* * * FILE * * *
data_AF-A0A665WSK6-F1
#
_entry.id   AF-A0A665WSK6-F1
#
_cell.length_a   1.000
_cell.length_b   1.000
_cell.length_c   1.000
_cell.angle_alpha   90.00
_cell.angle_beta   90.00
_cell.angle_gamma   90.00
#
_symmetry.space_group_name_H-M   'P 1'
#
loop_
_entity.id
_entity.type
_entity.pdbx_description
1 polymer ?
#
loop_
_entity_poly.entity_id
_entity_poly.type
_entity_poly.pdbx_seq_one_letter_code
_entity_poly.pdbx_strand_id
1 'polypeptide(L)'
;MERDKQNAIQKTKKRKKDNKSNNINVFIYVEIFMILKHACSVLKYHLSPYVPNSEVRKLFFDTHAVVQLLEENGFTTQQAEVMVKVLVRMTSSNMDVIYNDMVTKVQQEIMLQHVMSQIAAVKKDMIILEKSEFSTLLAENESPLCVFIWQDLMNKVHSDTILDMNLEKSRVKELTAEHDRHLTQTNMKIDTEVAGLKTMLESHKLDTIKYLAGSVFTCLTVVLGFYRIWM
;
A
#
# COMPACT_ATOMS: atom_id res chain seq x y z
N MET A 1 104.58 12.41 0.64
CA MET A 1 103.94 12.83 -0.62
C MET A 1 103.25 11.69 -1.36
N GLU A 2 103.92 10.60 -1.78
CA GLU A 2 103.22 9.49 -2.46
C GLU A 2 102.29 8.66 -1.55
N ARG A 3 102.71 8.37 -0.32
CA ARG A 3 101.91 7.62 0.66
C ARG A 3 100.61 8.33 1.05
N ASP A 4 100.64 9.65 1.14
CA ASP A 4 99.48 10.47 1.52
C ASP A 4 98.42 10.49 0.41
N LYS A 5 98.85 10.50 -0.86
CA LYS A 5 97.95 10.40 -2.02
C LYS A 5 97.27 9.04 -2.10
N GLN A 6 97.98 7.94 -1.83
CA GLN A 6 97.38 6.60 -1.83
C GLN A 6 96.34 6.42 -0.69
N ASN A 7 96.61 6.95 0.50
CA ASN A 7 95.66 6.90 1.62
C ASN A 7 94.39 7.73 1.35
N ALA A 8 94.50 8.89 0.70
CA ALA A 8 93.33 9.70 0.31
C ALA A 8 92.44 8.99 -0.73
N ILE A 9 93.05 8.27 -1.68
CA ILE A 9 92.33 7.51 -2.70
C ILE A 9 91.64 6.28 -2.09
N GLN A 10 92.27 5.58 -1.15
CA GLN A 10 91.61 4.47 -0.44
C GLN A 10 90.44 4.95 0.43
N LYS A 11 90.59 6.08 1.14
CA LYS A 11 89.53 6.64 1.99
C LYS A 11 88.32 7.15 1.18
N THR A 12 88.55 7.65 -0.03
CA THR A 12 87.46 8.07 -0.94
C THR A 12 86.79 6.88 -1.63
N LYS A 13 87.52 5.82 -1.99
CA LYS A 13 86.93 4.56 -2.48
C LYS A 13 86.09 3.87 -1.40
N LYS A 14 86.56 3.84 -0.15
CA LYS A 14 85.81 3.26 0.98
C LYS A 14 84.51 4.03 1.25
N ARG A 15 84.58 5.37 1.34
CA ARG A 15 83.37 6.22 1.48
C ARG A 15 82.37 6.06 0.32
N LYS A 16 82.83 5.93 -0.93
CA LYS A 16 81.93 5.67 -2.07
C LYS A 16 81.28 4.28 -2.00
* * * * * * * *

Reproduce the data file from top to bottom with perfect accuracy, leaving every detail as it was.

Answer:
data_AF-A0A665WSK6-F1
#
_entry.id   AF-A0A665WSK6-F1
#
_cell.length_a   1.000
_cell.length_b   1.000
_cell.length_c   1.000
_cell.angle_alpha   90.00
_cell.angle_beta   90.00
_cell.angle_gamma   90.00
#
_symmetry.space_group_name_H-M   'P 1'
#
loop_
_entity.id
_entity.type
_entity.pdbx_description
1 polymer ?
#
loop_
_entity_poly.entity_id
_entity_poly.type
_entity_poly.pdbx_seq_one_letter_code
_entity_poly.pdbx_strand_id
1 'polypeptide(L)'
;MERDKQNAIQKTKKRKKDNKSNNINVFIYVEIFMILKHACSVLKYHLSPYVPNSEVRKLFFDTHAVVQLLEENGFTTQQAEVMVKVLVRMTSSNMDVIYNDMVTKVQQEIMLQHVMSQIAAVKKDMIILEKSEFSTLLAENESPLCVFIWQDLMNKVHSDTILDMNLEKSRVKELTAEHDRHLTQTNMKIDTEVAGLKTMLESHKLDTIKYLAGSVFTCLTVVLGFYRIWM
;
A
#
# COMPACT_ATOMS: atom_id res chain seq x y z
N MET A 1 104.58 12.41 0.64
CA MET A 1 103.94 12.83 -0.62
C MET A 1 103.25 11.69 -1.36
N GLU A 2 103.92 10.60 -1.78
CA GLU A 2 103.22 9.49 -2.46
C GLU A 2 102.29 8.66 -1.55
N ARG A 3 102.71 8.37 -0.32
CA ARG A 3 101.91 7.62 0.66
C ARG A 3 100.61 8.33 1.05
N ASP A 4 100.64 9.65 1.14
CA ASP A 4 99.48 10.47 1.52
C ASP A 4 98.42 10.49 0.41
N LYS A 5 98.85 10.50 -0.86
CA LYS A 5 97.95 10.40 -2.02
C LYS A 5 97.27 9.04 -2.10
N GLN A 6 97.98 7.94 -1.83
CA GLN A 6 97.38 6.60 -1.83
C GLN A 6 96.34 6.42 -0.69
N ASN A 7 96.61 6.95 0.50
CA ASN A 7 95.66 6.90 1.62
C ASN A 7 94.39 7.73 1.35
N ALA A 8 94.50 8.89 0.70
CA ALA A 8 93.33 9.70 0.31
C ALA A 8 92.44 8.99 -0.73
N ILE A 9 93.05 8.27 -1.68
CA ILE A 9 92.33 7.51 -2.70
C ILE A 9 91.64 6.28 -2.09
N GLN A 10 92.27 5.58 -1.15
CA GLN A 10 91.61 4.47 -0.44
C GLN A 10 90.44 4.95 0.43
N LYS A 11 90.59 6.08 1.14
CA LYS A 11 89.53 6.64 1.99
C LYS A 11 88.32 7.15 1.18
N THR A 12 88.55 7.65 -0.03
CA THR A 12 87.46 8.07 -0.94
C THR A 12 86.79 6.88 -1.63
N LYS A 13 87.52 5.82 -1.99
CA LYS A 13 86.93 4.56 -2.48
C LYS A 13 86.09 3.87 -1.40
N LYS A 14 86.56 3.84 -0.15
CA LYS A 14 85.81 3.26 0.98
C LYS A 14 84.51 4.03 1.25
N ARG A 15 84.58 5.37 1.34
CA ARG A 15 83.37 6.22 1.48
C ARG A 15 82.37 6.06 0.32
N LYS A 16 82.83 5.93 -0.93
CA LYS A 16 81.93 5.67 -2.07
C LYS A 16 81.28 4.28 -2.00